As I passed the coast the wind just got stronger and stronger, this was not decreasing to a 4, this was ramping it up and up. Every squall felt more serious and it wasn’t fatigue, it was now blowing a hoolie. When I got to the slip just before Staffin Bay I spotted a wee red car with a paddlers roof rack on it, my Skye pal Janice had appeared to suggest a safe place to stash the boat, and not a moment too soon, the wind was now getting bonkers. Time to escape. It seems to me that the closer I get to the Minch, the further it feels like I am from being able to do it. The forecasts and the visible weather just don’t suggest a crossing anytime soon. Oh dear.

Decreasing 4? That was the stiffest 4 I’ve ever paddled through in my life. I must be getting really tired.

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Day 19 – Hidey holes

Campsite Sconser was excellent, right under a mountain that funneled the wind from both sides across a flat golf course and directly at my tent. What numpty pitched here?

To add to my woes I had a cold nights sleep with weird dreams fuelled by late night cheese intake. Another lesson that should have been learned a long time ago.

Each passing squall that came down off the mountains blasted the tent. Guy ropes popped free, pegs got lost in the deep grass and I hunkered down inside my tent waiting for the weather to clear a bit.

The tide went out of the wide shallow beach further and further. Eventually at low tide I was still hiding, now with my dry suit on, inside the shell of the tent with all my kit packed and ready to go. I can do this slick I kept telling myself. (I am notoriously slow at breaking camp and packing boat).

It was very very late when I saw a sunny break in the weather and went for it. Lumping the boat down across awkward boulders and seaweed with the wind trying to knock me off balance. I left it on a higher patch of sand conscious of the incoming tide.

Back up the beach grab the first load, back over boulders blah blah blah. I’d got the tent outer down, with much cursing at the snagging of the poles (always happens when in hurry eh?) but I could see that the water was almost at my boat. By the time I crossed the beach and got hatches on, split paddles on and bum in seat I was almost afloat. One man’s near miss is another man’s perfect timing.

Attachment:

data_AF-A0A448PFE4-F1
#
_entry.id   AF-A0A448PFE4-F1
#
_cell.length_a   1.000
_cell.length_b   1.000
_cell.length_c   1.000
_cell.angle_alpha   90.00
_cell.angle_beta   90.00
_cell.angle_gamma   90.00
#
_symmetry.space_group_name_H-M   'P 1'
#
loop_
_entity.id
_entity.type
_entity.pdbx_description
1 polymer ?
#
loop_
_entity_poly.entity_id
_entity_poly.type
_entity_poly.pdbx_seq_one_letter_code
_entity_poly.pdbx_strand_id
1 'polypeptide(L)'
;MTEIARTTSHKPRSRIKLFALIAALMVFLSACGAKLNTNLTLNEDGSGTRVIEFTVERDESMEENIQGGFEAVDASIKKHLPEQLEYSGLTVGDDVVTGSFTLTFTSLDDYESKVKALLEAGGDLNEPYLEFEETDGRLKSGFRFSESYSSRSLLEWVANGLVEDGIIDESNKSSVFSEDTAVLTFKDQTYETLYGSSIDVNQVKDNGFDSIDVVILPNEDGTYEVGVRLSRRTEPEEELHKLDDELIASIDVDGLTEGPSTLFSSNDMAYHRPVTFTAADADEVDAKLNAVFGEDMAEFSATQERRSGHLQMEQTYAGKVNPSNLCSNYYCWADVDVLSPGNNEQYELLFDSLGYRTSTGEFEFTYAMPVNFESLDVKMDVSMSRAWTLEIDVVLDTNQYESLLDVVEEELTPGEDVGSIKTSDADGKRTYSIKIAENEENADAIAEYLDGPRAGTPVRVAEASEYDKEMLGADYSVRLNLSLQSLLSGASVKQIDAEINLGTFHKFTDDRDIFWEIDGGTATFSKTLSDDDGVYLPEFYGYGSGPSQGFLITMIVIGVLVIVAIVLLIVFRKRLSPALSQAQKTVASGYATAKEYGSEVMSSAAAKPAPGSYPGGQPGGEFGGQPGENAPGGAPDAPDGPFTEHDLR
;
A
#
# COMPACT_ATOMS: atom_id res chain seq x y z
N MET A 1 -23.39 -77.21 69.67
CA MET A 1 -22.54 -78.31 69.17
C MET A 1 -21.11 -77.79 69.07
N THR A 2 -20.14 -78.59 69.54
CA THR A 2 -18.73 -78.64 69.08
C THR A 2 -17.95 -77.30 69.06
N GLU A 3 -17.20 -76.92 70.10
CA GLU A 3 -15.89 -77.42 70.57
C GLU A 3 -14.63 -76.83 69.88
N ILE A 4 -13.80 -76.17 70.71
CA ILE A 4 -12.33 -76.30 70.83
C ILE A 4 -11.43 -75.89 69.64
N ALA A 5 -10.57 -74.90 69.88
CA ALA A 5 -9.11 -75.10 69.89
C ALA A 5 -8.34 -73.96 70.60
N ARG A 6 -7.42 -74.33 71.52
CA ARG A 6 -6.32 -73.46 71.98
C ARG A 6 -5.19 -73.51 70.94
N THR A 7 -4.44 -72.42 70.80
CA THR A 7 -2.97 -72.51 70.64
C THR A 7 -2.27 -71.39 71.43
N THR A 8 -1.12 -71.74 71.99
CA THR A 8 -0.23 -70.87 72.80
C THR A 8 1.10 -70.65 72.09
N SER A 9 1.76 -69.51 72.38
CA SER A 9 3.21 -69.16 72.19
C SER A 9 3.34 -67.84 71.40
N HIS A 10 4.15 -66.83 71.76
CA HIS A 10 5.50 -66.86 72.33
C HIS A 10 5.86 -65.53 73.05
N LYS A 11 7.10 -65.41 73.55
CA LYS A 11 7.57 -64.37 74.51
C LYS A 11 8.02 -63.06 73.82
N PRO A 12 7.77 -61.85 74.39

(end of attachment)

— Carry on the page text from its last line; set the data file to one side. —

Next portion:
I was off and crossing today’s Westerly toward the wee narrows at the bottom of the sound of Raasay.

A few days ago a friend asked me to say hello to Skye for them, which I dutifully did. Today it answered back. I paddled towards the rocks at the wee headland that juts out to form the narrows and a voice from the rocks said ‘Hello’.

What the who the bloody where?

This man, called Perry incidentally, was perched on a throne of rock, top to toe in effective camouflage gear spotting all the wildlife. He was an interesting guy, another one of life’s livers. He splits his time between what he needs to do and what he wants to do, which is sit on his stoney seat watching the wildlife doing what it does.

He knows his onions as well, he told me that I should keep my eyes peeled a wee bit up the coast and to keep my camera handy for the that elusive photo of a sea eagle that I missed on Mull. And you know what…..

After this I was treated to a couple of nice caves and a beautiful rainbow. All in all a good end to what had been a poorly started day.

I guess somethings are just meant to be the way they are meant to be. Whether good or bad, its just the way it goes.